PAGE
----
Category Archives: doctor visit

Medical guidelines may be overaggressive, biased

For the most part I opt for natural remedies over drugs for my own personal health. But, there are times when a doctor’s recommendations may differ from my wishes. So I was fascinated to learn that sometimes medical practitioners may not be totally objective in their appraisals of our health.

Dr. Sunita Sah practiced general medicine for several years in the United Kingdom’s National Health Service. When she came to the United States, she noticed something strange.

three person looking at x ray result

Photo by EVG photos on

The U.K. guidelines for tests such as mammograms and colon cancer screenings drastically differed from those in the U.S. – even though they were based on the same medical evidence.

“Having colonoscopy at the age of 50 – that struck me as rather odd when I moved to the U.S., because you don’t really hear about people having colonoscopies as a screening procedure in the U.K.,” said Sah. “It’s much less invasive to test for blood in the stool. It’s also less costly and doesn’t have the risks of undertaking a colonoscopy.”

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Filed under cancer, colonoscopy, doctor visit, doctors, medical guidelines, medicine, personalized medicine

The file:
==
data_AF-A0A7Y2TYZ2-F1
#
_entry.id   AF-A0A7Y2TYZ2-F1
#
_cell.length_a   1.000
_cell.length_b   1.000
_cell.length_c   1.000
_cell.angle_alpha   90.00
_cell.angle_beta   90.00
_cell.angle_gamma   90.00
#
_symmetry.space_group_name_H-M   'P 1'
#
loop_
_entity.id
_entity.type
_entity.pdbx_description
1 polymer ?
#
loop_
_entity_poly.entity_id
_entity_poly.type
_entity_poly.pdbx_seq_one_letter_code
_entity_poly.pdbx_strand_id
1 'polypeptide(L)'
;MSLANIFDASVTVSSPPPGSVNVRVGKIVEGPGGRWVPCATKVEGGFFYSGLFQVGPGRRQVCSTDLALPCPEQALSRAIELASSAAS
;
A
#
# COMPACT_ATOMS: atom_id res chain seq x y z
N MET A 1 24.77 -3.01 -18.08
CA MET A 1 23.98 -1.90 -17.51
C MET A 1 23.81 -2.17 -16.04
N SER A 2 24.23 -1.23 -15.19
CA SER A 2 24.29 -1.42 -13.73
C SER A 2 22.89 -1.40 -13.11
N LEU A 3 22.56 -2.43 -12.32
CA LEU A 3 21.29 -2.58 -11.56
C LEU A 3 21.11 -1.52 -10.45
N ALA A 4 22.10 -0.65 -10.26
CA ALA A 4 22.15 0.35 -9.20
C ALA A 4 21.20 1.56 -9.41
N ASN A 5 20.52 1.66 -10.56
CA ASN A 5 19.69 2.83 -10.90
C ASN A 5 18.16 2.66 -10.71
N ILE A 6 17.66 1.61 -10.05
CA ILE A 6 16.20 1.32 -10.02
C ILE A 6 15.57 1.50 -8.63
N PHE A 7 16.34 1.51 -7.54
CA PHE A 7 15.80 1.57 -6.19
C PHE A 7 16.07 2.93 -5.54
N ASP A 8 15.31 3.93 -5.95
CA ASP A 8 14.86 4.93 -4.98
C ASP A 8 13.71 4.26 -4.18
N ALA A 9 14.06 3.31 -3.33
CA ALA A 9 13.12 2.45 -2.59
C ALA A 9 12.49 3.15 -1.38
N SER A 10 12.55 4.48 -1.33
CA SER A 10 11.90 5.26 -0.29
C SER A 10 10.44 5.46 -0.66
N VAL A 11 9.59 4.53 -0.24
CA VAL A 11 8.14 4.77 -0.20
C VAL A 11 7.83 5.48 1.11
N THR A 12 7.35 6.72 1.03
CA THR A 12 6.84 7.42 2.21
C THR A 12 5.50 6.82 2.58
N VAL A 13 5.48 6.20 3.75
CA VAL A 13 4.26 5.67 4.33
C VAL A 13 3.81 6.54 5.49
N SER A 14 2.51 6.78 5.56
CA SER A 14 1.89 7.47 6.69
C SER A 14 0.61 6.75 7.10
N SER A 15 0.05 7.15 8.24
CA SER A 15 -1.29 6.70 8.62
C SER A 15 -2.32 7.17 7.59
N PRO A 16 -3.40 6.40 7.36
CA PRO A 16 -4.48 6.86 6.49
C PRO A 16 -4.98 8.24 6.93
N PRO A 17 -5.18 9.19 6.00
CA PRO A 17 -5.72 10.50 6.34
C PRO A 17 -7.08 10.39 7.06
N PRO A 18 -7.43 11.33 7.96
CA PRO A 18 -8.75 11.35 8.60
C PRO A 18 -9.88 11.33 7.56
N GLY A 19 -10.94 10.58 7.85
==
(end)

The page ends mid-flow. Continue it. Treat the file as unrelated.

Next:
What Can You Learn From a Doctor’s Visit?

I have had to do some doctoring lately and it seems that every time I do I come away with more good info on how my body works and what I can do to fine tune it further.

A few weeks ago I woke up and found a bubble on my elbow about the size of a golf ball. You can read the whole story here. My doctor at the time did some blood work on me to ascertain that my uric acid levels were okay and the bubble was very likely olecranon bursitis and not gout. He told me to buy a bottle of Naproxin Sodium 200 mg tablets and take two pills after breakfast and two again after dinner for the next five days. He said the swelling would probably go down over the next week or so.

Naproxin is an anti-inflammatory and would work to keep the bubble from getting bigger and probably reduce its size.

I followed the doctor’s directions and quit the pills after five days. An interesting thing happened then. The bubble may have gotten a little smaller, or not, in either case, I had no pain from it. What I noticed is that after I stopped taking the Naproxin, the arthritis in my hands started acting up.

I decided to go back to the Naproxin, but to cut the dosage. I took only one pill after breakfast instead of two and no more pills later. I did this for several days and felt a definite reduction in the pain in my hands.

I also decided that maybe I shouldn’t be self medicating like this without a doctor’s directions. So, I called her and explained what I had done. She said to come in so she could examine my elbow again.
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